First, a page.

_END_

After this script, Slony-I is ready for the change. Restart your application and have it point to the new master for writes. This process should only take seconds.

Failover

The replication example here began as a 7.4 database gb (Node 1), replicating to an 8.0 installation (Node 2). Then you added a third node on the 8.0 database called gb2. Initially the third node replicated directly from Node 1. You switched Node 3's provider to Node 2, then promoted Node 2 to be the master. Now you have an 8.0 master at Node 2 and two replicas, one 7.4 and one in the same installation as gb2. Consider the second replica, gb2, as if it were on another machine or installation.

Suppose the master database failed or lost power and had to be taken offline. (Remember Node 3, for the sake of this discussion, is not on this machine, and so this hypothetical situation treats it as if it were live when the machine died.) What to do next is a human decision. You must prepare for this failover scenario. In this case, you have decided to failover to Node 1 in case of a failure on Node 2.

The applications communicating with the database will also start to fail, so you must take them offline and restart them, pointing at the new master quickly after the master switch takes effect.

The failover procedure for Slony is a combination of a provider change and a master change, both of which "Building and Configuring Slony" covered. Previously, you added Node 3 and had Node 1 provide for it. Then you changed Node 3's provider to Node 2, and finally, promoted Node 2 to master. In the failover case, Slony must do the reverse using the failover command:

Then you can safely remove Node 2 for repair.

#!/bin/sh
 
 slonik <<_EOF_
 
 cluster name = gbcluster;
 node 1 admin conninfo = 'dbname=gb host=localhost user=postgres port=5434';
 node 2 admin conninfo = 'dbname=gb host=localhost user=postgres port=5430';
 node 3 admin conninfo = 'dbname=gb2 host=localhost user=postgres port=5430';
 
 failover (id=2, backup node = 1);
 
 _EOF_

At this point, the slon process for Node 2 should be dead. When you are ready to put Node 2 back into place, add it as a fresh empty database into the replication scheme. (See "Add Node," above.) When it catches up, then you can switch masters so that Node 2 can again be the master of the cluster. (See "Switching Masters.")

While resolving some of the problems that I ran into, I found that it was easiest and clearest for me to drop Node 2. drop node "erases" the node from the entire replication cluster. This is different than uninstall node, which removes the Slony-I schema from a specific database instance. Both tools are useful, but don't confuse them.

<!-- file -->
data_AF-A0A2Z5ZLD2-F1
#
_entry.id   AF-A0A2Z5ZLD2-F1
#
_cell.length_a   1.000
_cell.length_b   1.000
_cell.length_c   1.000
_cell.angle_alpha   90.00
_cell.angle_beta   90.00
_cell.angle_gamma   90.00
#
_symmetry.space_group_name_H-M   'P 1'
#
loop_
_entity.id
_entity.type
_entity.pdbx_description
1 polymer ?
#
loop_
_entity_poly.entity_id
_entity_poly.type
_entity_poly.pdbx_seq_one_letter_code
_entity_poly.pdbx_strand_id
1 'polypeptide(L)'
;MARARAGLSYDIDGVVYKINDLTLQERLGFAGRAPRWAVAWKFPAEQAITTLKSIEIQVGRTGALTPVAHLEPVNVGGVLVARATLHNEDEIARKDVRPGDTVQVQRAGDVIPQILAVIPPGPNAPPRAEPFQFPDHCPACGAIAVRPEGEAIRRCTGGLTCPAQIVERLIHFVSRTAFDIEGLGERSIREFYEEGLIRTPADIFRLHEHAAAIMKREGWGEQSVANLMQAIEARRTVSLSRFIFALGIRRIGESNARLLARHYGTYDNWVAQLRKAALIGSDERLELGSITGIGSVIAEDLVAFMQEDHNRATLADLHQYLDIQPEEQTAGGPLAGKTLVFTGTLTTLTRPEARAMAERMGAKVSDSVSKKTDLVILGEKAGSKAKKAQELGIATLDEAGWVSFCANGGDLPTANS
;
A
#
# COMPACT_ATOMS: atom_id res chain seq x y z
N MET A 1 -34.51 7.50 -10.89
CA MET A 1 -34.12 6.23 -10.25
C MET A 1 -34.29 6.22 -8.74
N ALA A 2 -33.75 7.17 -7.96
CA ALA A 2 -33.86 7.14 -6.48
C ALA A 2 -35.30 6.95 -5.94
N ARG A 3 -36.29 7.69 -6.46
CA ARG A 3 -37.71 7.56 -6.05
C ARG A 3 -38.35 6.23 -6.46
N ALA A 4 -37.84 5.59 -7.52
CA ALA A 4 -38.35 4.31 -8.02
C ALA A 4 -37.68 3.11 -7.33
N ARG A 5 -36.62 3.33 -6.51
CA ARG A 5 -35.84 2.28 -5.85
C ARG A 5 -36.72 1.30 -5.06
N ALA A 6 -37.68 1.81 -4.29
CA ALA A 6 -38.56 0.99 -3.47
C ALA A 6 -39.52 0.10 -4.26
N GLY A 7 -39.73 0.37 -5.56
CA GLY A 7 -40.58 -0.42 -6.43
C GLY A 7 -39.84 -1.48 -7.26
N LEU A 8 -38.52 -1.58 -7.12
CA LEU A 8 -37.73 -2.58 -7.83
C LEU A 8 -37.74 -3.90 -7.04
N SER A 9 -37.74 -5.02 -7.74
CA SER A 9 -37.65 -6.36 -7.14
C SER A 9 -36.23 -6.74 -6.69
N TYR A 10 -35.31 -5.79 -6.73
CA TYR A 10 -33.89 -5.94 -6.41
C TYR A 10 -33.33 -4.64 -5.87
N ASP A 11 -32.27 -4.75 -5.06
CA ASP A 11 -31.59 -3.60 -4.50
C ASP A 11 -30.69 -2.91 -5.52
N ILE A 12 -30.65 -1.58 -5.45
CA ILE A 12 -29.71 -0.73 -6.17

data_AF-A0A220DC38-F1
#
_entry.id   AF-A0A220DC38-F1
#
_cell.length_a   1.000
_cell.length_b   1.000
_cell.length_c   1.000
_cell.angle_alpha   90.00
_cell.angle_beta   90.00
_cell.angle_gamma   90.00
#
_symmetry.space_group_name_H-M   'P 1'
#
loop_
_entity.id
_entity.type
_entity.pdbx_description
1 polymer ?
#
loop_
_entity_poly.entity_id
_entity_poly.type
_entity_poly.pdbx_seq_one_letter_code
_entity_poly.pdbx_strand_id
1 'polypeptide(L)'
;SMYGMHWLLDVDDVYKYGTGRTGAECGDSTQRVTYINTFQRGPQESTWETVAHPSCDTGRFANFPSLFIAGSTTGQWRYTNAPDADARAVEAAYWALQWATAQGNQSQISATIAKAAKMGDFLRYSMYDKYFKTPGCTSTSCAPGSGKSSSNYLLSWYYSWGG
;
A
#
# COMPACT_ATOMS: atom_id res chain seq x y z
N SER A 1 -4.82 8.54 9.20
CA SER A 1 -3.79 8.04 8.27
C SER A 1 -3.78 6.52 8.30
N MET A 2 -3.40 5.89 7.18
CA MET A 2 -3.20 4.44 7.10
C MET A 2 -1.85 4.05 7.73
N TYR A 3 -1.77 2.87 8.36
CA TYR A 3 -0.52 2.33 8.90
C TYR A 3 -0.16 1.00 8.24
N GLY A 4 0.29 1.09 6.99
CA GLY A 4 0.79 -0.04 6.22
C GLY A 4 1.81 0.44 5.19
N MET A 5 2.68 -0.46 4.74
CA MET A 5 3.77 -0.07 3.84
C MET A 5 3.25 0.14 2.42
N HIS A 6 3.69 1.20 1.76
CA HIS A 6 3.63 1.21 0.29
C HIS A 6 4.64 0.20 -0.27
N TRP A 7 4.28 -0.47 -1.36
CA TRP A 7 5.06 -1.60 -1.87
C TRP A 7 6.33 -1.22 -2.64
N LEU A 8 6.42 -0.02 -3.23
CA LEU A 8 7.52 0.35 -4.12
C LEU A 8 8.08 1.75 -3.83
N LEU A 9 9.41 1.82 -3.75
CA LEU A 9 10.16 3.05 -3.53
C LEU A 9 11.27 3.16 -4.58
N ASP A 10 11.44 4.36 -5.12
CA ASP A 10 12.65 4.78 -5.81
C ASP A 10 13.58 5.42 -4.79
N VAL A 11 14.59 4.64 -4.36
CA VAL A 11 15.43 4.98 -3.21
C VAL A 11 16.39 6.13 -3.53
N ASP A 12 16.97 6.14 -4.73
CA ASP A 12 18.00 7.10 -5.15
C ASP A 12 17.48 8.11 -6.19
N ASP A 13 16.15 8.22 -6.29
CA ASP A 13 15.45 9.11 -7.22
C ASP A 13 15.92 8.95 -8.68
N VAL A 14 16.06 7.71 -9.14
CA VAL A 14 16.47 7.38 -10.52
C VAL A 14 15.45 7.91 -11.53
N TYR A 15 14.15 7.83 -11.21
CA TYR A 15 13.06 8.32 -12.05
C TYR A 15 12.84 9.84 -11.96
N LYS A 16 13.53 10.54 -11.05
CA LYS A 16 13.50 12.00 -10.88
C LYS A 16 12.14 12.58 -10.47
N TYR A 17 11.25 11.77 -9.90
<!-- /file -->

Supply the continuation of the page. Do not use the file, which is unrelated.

Related Reading

Practical PostgreSQL
By John C. Worsley, Joshua D. Drake

The other issue I ran into was that while quickly cutting and pasting, I had mismatched paths, listens, and connection information. It is very worthwhile to check each of these commands by hand to verify that the commands are exactly what you meant. Also, don't forget that the connection information for store path pertains to the server node. Undoing bad paths and listen connections is a delicate operation and it is very tempting to throw the whole thing away and start from scratch.

Schema Changes

Changing the schema of a database being replicated is not simple. The schema changes must occur at the exact transactional point in time. Direct schema changes could lead to serious corruption in Slony-I due to the handling and disabling of triggers, rules, and constraints in the replica.

Slony-I provides a way to execute SQL statements via the Event mechanism. This provides the transactional integrity necessary for schema changes, as well as the trigger, rule, and constraint changes required for the replicas. You must initiate Events on the master node.

To add a "dummy" column to the artfile table, issue an Event to the master Node 1 pointing to the ALTER TABLE script file so as to synchronize it between databases. The EXECUTE SCRIPT command in Slonik will do this. Remember, Slony must be able to find your change script.

#!/bin/sh

#
# Create a new column in a table in the replicated set 
#
echo "Creating new column in the artfile table"
slonik <<_EOF_
cluster name = gbcluster;
node 1 admin conninfo = 'dbname=gb host=localhost user=postgres port=5434';
node 2 admin conninfo = 'dbname=gb host=localhost user=postgres port=5430';
node 3 admin conninfo = 'dbname=gb2 host=localhost user=postgres port=5430';
    
execute script ( SET ID = 1, FILENAME = 'changes20050219.sql', EVENT NODE = 1);
_EOF_

Once this change propagates, you can do an update to populate the new column and verify it is being updated on all replicas.

References

A. Elein Mustain has more than 15 years of experience working with databases, 10 of those working exclusively with object relational database systems.


Return to ONLamp.com.

Copyright © 2009 O'Reilly Media, Inc.